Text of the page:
The EU: Trapped in an ‘Iron Cage’?
In 2003, Alan Cafruny, Hamilton’s Henry Platt Bristol Professor of International Affairs, co-edited a book about the integration of the countries of Europe. The perspective was less than rosy. The title began with a query: A Ruined Fortress?, and the final chapter asked, “Is There A Coming Crisis of the Euro?”
Back then, Cafruny and co-editor Magnus Ryner, professor of international political economy at King’s College London, were among the few European Union studies scholars making such skeptical arguments.
“This was at a time when most observers were predicting that the euro was going to evolve into a very strong international reserve currency and even challenge the dollar,” Cafruny recalls. “The euro was expected to spearhead an autonomous European growth trajectory, no longer dependent on the United States, and to establish the basis for a common European identity and, ultimately, a European superpower.”
Since then, the eurozone and EU itself have faced deepening problems and crises. Nationalist and xenophobic parties and movements are on the rise throughout the continent, Cafruny points out. And last year, the United Kingdom voted to exit the EU. In short, Cafruny and Ryner’s early concerns about the EU’s policies have proved valid.
After A Ruined Fortress came out, they continued to collaborate. Their most recent project is a well-received book, The European Union and Global Capitalism: Origins, Development, Crisis, published earlier this year. Building on previous research, the volume aims to provide a comprehensive analysis of the history of the EU and its contemporary crisis.
The two make the case that traditional political science analyses of European integration — narrowly focused on institutions and ideas — fail to accurately assess what’s going on with the EU. Cafruny and Ryner take a comprehensive approach to the construction of the EU, relating its origins and developments to the broader context of global capitalism and to what Cafruny describes as Europe’s political and military subordination to American superpower.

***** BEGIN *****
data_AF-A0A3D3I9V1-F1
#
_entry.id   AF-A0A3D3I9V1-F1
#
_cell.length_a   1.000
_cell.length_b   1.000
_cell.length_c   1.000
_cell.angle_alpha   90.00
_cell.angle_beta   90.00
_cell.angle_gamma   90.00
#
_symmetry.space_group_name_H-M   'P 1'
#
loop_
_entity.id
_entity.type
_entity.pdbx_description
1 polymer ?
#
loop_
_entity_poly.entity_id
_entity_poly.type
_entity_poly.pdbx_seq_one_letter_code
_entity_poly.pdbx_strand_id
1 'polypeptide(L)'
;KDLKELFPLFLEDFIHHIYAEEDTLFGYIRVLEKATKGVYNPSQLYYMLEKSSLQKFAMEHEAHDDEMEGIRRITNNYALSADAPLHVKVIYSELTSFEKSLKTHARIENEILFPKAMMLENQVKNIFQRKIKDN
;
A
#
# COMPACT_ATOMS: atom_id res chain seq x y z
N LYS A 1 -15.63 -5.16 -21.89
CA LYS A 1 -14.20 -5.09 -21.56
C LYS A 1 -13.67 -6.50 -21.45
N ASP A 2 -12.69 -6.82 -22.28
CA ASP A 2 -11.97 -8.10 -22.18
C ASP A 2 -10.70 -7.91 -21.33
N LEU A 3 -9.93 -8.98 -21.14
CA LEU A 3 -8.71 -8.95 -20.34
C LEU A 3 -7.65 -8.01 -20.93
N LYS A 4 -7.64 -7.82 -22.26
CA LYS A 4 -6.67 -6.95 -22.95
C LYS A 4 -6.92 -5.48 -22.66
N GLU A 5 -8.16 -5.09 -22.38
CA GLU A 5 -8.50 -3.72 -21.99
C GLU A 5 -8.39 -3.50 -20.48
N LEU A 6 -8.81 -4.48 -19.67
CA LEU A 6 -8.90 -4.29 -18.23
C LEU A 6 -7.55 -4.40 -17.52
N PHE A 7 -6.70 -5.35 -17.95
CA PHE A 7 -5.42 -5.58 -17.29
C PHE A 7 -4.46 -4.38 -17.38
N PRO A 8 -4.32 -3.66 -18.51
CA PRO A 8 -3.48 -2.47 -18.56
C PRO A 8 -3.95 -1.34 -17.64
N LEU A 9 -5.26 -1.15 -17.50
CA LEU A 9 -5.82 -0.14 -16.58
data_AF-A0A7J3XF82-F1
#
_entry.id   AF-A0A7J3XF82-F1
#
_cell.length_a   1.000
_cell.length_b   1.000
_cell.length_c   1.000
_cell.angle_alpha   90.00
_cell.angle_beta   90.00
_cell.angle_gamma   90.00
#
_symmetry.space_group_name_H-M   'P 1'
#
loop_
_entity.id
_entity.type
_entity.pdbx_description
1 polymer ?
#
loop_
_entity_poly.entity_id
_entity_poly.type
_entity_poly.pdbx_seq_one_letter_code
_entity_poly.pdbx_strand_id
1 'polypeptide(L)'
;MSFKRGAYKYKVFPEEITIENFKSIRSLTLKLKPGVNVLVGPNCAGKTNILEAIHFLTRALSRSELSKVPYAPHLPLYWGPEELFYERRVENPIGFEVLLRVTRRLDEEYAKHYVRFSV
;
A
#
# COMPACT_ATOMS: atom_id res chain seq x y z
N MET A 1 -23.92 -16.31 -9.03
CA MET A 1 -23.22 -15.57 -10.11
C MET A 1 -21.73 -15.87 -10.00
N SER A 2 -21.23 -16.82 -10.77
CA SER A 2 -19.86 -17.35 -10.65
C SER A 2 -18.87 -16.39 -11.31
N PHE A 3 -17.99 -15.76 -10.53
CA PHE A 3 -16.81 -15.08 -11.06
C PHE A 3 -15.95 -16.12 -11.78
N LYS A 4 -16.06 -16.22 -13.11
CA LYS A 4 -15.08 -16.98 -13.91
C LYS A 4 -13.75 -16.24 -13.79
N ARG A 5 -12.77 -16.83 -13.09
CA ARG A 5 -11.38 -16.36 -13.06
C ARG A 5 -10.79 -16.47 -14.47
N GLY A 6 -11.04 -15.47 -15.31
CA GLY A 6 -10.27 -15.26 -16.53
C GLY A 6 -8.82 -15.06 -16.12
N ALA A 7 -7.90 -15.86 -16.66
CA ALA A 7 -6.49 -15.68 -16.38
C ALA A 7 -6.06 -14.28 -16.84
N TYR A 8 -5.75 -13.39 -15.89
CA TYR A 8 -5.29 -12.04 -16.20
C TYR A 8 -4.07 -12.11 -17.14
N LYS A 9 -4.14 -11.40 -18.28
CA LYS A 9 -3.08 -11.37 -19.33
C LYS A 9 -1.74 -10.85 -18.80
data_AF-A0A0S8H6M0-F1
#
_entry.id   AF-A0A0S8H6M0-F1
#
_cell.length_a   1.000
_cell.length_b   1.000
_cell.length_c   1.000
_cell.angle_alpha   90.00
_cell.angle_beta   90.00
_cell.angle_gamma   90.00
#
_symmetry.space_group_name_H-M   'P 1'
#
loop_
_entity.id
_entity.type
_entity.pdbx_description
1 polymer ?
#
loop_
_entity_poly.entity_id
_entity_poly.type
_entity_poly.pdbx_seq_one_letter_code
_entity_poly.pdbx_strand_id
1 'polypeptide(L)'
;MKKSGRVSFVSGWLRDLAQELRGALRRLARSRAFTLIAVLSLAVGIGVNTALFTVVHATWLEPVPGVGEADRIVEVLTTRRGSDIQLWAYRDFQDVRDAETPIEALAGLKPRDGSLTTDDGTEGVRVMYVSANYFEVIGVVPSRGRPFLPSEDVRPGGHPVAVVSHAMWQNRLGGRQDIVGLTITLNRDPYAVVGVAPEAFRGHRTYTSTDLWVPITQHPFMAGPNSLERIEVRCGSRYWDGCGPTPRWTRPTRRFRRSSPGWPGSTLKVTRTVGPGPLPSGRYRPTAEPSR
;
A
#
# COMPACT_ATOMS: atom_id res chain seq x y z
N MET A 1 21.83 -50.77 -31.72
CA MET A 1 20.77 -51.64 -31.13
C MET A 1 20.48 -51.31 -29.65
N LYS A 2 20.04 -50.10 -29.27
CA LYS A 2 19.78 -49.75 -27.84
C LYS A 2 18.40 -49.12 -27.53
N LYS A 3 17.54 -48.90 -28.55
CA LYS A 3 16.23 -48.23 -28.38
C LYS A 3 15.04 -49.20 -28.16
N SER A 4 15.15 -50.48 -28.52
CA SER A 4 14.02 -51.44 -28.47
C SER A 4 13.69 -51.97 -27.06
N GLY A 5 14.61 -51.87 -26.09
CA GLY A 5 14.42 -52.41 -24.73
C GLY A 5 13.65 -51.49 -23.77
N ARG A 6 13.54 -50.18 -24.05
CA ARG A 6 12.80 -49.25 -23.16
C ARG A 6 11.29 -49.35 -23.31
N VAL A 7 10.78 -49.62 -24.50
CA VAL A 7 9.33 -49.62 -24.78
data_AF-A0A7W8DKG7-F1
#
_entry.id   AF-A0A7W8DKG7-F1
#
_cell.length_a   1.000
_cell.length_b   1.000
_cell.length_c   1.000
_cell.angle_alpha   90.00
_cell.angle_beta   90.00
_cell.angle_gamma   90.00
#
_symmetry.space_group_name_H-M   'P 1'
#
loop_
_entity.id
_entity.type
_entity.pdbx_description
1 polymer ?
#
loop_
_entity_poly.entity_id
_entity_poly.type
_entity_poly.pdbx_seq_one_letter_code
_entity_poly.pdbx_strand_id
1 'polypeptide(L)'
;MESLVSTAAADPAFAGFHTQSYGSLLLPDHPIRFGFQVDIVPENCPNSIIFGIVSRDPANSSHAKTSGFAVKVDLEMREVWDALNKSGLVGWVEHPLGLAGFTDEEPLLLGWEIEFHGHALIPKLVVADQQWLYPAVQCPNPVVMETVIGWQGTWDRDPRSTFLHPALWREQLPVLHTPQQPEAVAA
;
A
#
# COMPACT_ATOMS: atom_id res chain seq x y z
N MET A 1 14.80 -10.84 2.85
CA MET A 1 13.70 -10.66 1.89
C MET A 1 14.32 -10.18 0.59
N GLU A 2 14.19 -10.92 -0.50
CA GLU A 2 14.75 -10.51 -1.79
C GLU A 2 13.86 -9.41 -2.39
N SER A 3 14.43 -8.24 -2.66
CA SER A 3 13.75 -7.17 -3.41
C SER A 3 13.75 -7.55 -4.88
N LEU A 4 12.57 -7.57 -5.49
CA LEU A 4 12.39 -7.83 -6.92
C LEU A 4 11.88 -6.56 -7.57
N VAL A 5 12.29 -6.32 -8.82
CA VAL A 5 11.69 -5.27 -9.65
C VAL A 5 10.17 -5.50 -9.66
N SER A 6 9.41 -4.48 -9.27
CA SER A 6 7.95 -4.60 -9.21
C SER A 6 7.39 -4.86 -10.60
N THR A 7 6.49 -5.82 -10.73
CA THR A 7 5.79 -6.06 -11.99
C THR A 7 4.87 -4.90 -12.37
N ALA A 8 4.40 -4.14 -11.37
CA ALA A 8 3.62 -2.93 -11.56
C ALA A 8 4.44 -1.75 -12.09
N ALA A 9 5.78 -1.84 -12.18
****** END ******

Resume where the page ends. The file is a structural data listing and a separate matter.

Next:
The two are skeptical not about the value of an EU in principle, but rather about the EU as it has developed. Cafruny maintains that the institutional makeup of the EU is undemocratic and promotes uneven development and, in turn, greater conflicts within and among its member states.
“The result is a system that’s imploding. You can see the result most vividly in the rise of right-wing populist movements,” he says. “At the same time, Germany has re-emerged as the dominant power in Europe, pursuing monetary and fiscal policies that are beneficial to German big business but highly destabilizing for many member states.”
He and Ryner argue that the golden age of European integration, beginning after World War II and lasting some 30 years, corresponded with a period of post-war capitalism that saw a mutually beneficial social contract between capital and labor. In that period, a comprehensive welfare state was constructed; full employment was a core goal that was more or less achieved.
They say Europe is in a second phase of integration marked by a growing weakness of trade unions and parties of the left, a collapse of the relationship between capital and labor, and the ascent of neoliberalism. “When we talk about neoliberalism, we talk about a much more market-driven, authoritarian system in which full employment is no longer a key goal of the system, redistributive policies are no longer at the forefront, and the result is a much more unequal, much more precarious, social system,” Cafruny explains.
He says the EU appears condemned to remain within a neoliberal “iron cage” because there’s nothing to replace it, and even the countries that are hurting fear what would come next.
“The best example of that is Greece, which is suffering the full torments of eurozone membership and will experience austerity for years to come. There’s an argument for withdrawing from the euro, and it could happen, but it’s a leap into the dark, with unknown and potentially even more dangerous consequences,” Cafruny says.
It is also possible that the eurozone could fragment internally, but he points to powerful Germany’s strong interest in maintaining the euro on its own terms.